Officially, we've known since E3 last June that Microsoft has planned to overhaul its Xbox One console, and unofficially, for months before that. But apart from claims that it is going to be "the most powerful home console ever made," we didn't have any solid details. Now the company has released Project Scorpio's specs to the world, revealing a beefy machine designed for 4K gaming without dropping below 60 frames per second.
Mid-lifecycle hardware upgrades are hardly a new thing: last year Microsoft dropped the smaller, tidier Xbox One S, while competitor Sony released both slimmed-down and beefed-up versions of the PS4. But Project Scorpio is a far more dramatic step up.
Demonstrating the new hardware to Digital Foundry on Friday, Microsoft confirmed the rumors that the GPU would be capable of 6 Teraflops of processing power. In other words, it can perform a blistering six trillion floating point operations per second, which is a notch above Sony's PS4 Pro at 4.14 Teraflops, and far beyond the first generation PS4 and Xbox One, at 1.84 and 1.32 Teraflops respectively.
That's bolstered by 12 GB of GDDR5 RAM and a 2.3 GHz custom CPU, and includes a stock-standard 1 TB hard drive. Deeper under the hood, Project Scorpio is apparently the first home console to use a vapor chamber liquid cooling system. In practical terms, that all means that the console can run games in 4K resolution with High Dynamic Range (HDR) at a consistent 60 frames per second.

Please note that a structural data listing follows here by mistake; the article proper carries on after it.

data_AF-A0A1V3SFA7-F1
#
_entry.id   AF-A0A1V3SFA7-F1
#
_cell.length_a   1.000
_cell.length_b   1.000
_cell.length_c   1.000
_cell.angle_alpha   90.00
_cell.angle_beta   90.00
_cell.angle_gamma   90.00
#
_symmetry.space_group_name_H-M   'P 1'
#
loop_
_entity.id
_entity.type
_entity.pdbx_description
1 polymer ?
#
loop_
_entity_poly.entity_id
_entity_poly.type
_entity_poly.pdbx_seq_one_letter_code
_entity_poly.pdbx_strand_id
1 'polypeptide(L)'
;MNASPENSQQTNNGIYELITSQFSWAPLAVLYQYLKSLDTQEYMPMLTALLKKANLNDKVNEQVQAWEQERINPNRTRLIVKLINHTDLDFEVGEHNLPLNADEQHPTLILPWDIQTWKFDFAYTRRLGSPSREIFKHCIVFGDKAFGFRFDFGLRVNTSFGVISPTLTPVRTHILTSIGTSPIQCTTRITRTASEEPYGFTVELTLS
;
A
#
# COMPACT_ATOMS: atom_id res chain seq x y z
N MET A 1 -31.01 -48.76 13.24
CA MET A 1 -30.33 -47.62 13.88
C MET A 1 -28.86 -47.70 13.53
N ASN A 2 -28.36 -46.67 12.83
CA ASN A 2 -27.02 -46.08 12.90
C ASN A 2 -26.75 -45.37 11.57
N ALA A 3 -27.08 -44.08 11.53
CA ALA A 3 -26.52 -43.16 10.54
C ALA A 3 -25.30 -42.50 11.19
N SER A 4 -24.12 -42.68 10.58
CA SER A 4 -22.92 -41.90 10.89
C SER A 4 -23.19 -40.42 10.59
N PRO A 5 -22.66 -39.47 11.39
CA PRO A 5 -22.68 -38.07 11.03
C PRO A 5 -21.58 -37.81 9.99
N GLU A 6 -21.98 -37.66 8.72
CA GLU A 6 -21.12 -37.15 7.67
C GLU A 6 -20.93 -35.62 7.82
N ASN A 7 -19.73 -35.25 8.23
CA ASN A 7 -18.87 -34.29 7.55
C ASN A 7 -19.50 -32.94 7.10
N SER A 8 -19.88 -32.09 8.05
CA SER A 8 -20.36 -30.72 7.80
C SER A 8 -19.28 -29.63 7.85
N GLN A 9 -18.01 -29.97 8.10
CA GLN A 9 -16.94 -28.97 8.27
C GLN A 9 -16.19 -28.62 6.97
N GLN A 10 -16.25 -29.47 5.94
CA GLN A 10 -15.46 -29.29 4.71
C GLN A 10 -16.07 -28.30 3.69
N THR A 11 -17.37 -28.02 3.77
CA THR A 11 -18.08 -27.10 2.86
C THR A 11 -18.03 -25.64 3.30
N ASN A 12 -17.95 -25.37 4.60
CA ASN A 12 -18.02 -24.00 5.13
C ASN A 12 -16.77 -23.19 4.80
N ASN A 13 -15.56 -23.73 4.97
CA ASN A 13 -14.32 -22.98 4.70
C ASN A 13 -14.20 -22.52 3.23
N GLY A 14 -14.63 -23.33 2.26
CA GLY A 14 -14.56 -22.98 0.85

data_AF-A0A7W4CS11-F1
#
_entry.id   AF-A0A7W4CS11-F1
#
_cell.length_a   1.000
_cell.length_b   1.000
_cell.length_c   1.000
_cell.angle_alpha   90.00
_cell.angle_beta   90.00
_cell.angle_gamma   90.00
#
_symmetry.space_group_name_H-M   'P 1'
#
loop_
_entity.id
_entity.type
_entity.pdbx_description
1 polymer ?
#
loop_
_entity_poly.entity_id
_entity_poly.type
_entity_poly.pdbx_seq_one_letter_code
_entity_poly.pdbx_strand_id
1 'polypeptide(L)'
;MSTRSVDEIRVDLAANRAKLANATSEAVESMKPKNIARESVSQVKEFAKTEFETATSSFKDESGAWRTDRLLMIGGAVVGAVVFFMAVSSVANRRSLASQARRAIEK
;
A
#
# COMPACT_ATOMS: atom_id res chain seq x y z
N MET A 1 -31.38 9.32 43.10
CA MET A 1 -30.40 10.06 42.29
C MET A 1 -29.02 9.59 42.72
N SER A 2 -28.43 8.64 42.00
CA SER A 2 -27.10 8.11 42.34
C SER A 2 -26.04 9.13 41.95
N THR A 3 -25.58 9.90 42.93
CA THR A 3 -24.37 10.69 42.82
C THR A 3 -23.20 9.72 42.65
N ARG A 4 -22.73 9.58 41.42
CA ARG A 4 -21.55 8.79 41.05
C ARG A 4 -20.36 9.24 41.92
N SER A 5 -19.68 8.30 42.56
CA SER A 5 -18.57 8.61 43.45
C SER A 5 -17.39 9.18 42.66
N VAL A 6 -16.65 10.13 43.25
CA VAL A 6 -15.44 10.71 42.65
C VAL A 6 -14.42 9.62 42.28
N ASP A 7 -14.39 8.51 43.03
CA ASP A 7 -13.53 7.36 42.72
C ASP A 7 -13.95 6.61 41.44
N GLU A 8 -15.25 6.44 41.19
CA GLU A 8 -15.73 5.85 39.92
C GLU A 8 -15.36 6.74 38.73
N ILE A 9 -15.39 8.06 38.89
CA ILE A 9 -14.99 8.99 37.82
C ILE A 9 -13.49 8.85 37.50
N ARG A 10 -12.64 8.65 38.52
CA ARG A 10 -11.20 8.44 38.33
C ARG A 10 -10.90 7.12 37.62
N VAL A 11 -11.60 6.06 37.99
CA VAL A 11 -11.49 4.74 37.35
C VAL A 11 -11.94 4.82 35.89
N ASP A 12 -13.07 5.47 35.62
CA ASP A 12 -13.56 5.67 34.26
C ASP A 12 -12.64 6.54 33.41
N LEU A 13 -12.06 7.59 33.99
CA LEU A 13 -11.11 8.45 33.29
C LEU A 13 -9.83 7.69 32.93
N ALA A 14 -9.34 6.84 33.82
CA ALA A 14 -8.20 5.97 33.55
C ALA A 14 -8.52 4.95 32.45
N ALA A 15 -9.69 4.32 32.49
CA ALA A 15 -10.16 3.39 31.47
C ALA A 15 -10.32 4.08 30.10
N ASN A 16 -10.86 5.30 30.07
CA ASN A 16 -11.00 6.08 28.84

Project Scorpio may have earned the title of Most Powerful Home Console, but it's yet to be seen if that's enough to help it catch up to the PS4's sales. As of February 2017, the PS4 has sailed past the 55 million mark, while the Xbox One lags behind at just under 29 million units sold. Power alone may not be enough for people if the quality of the games, and particularly exclusive titles, aren't there.
One advantage Project Scorpio does have is the included 4K-capable Blu-Ray player – something sorely and strangely lacking from the 4K-focused PS4 Pro.
The final surprise is that Project Scorpio is still called Project Scorpio – most of these console code-names are dropped at the first major reveal, but maybe Microsoft is saving the official title for this year's E3 presentation. Other details likely to be given at that show are the price, the specific release date – currently set for a late 2017 window – what the actual box looks like, and possibly news of a rumored VR system to take advantage of all that extra grunt.
The Xbox team's design goals for Project Scorpio can be seen, talking head-style, in the video below.
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